• Traditional Skin Preparation Methods

      Isaak, Joel (2012)
      I am an Alaskan Native artist who is trying to learn more about my culture and to pass the information on to others before it is lost. Alaska Native cultures have been working with animal skins for thousands of years. Very few people today possess the knowledge to work these materials. I am interested in the use of the material for home dwellings and clothing. I am researching different ways that animal skins are turned into leather, specifically moose and salmon skins. I conducted interviews with local elders. I investigated the contrasting chemical material process that modern industry uses to produce tanned skins. The research has culminated in an installation made out of moose hide and wood in the Regents Great Hall April 23-27, 2012. The space will provide the viewer with a life sized environment simulating a traditional skin dwelling. I took a traditional preparation method used for salmon skins and transformed them into pieces of contemporary native art.
    • Transient spatiotemporal chaos collapses into periodic and steady states in an electrically-coupled neural ring network

      Keplinger, Keegan (2012)
      Chaotic behavior in a spatially extended system is often referred to as spatiotemporal chaos. The trajectories of a system as it evolves through state space are described by irregular spatial and temporal patterns. In mathematical biology, spatiotemporal chaos has been demonstrated in chemotaxis models (Painter & Hillen, 2011) predator-prey models (Sherratt, J. & Fowler, A., 1995) and the Hogdkin-Huxley neural model (Wang, Lu, & Chen, 2006). Transient chaos is a special case of chaotic dynamics in which the system dynamics collapses without external perturbation. Rather, collapse is an intrinsic property of the system. Here, we diff usively couple many spiking neurons into a ring network and fi nd that the network dynamics can collapse on to two diff erent species of attractor: the limit cycle and the steady-state solution.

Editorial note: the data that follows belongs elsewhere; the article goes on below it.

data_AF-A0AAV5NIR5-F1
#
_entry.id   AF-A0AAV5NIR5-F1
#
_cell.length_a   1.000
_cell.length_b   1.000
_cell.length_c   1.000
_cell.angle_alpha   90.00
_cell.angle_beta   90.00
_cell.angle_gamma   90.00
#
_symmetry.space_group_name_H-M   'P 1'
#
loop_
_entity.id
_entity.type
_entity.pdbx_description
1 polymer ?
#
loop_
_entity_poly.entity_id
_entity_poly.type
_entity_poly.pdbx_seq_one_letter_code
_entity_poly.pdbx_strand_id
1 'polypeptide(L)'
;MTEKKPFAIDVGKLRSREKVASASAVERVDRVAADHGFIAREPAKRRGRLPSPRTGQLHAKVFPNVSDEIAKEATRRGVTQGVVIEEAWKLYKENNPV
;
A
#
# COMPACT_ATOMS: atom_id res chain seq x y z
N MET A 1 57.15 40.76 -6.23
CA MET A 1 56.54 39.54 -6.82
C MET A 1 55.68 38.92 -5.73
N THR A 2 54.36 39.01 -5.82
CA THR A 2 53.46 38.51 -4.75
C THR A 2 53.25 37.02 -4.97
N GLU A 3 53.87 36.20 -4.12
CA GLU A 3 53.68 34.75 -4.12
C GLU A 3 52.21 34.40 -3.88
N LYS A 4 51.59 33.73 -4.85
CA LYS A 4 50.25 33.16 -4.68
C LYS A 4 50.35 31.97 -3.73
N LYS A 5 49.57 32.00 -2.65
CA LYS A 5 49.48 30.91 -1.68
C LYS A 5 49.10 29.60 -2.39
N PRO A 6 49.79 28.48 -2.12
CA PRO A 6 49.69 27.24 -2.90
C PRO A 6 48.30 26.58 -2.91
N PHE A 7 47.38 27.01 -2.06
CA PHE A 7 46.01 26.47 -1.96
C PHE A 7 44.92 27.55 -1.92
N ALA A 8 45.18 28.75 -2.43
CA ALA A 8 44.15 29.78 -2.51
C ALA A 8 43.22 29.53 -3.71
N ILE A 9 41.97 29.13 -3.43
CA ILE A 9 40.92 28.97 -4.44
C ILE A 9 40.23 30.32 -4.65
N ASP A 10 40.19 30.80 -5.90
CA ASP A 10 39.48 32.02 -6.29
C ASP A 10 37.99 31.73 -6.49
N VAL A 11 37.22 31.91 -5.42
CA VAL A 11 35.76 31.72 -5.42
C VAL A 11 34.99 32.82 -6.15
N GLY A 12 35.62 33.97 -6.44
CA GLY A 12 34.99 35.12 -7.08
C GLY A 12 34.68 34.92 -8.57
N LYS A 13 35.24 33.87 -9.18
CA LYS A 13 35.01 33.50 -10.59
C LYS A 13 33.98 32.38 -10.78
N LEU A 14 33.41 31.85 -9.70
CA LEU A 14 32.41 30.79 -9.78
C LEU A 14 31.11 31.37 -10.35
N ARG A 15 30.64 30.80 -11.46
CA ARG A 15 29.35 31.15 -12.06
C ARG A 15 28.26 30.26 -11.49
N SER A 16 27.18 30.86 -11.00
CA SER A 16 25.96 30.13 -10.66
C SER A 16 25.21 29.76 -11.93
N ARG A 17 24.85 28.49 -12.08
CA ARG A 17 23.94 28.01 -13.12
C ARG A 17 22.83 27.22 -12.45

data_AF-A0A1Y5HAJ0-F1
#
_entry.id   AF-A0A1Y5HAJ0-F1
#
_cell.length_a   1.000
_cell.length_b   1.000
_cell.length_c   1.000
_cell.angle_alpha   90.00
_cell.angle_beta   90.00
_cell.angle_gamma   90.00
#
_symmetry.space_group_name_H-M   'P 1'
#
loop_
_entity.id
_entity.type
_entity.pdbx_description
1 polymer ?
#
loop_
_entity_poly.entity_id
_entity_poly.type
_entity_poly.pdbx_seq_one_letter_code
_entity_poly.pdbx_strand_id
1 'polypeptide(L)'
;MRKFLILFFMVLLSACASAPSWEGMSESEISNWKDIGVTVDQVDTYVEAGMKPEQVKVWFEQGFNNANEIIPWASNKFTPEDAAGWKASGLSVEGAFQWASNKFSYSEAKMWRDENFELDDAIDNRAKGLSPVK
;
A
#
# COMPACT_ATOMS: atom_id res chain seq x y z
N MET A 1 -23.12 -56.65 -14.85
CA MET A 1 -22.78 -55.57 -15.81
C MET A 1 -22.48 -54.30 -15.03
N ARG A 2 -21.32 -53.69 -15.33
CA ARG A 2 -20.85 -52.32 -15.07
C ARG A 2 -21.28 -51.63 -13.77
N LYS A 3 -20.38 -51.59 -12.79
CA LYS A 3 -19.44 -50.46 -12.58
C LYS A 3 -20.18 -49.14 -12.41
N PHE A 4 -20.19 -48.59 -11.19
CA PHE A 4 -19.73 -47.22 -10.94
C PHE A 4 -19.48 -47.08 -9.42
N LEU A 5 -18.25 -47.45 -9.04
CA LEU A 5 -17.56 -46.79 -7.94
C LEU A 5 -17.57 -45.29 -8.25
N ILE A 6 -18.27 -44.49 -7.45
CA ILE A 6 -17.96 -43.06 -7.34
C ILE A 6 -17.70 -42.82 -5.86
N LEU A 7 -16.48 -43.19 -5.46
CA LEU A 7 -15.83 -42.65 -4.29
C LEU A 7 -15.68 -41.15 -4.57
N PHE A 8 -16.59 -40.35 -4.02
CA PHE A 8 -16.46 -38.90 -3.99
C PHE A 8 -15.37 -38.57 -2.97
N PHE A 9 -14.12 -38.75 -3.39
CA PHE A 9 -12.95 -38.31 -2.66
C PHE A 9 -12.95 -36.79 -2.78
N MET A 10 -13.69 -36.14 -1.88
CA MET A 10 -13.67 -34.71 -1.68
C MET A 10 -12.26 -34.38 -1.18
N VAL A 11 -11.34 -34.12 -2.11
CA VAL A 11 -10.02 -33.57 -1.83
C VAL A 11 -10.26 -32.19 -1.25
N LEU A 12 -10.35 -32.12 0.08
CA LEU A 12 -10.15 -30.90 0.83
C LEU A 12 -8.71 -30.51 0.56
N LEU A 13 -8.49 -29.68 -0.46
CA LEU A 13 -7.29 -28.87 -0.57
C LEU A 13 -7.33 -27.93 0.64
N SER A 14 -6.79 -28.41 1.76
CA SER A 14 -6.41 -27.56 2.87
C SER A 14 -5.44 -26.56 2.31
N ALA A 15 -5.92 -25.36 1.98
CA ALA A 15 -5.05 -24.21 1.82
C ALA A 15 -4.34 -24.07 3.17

• Trapping as a Wildlife Management Tool in Interior Alaska

      Lonewolf, Xavier (2012)
      In the present day the Alaska Department of Fish and Game utilizes furbearer trapping as an important Wildlife Management tool. Historically, people have depended on furbearer trapping for required nutrients provided, by meat and also fur for clothing, bedding and shelter. But, modern day advances have impacted the trapping society and resulted in decline of participates. As time persists will the Alaska Dep. of Fish and Game have to replace the benefits that the trapping community provides us? It is important to see what simple solutions could possible restore the downfall. One simple outlook is to understand who all is participating and why. More importantly, are the future generations participating? Because the future holds the key.
    • The Use of Consumer Electronics as a Medium for Music Composition

      Shannon, Dean (2012)
      The Nintendo Entertainment System produces sound through the Ricoh 2z03 microprocessor. This 8-bit processor is limited to creating two square-waves, a triangle-wave, and a noise track. While the 2a03 is limited, it is what gives the NES its distinctive and memorable sound.
    • Using GPS as a reference frame for SAR images applied to a post eruptive period for Okmok Volcano, Aleutian Islands, Alaska

      Miller, Summer A. (2012)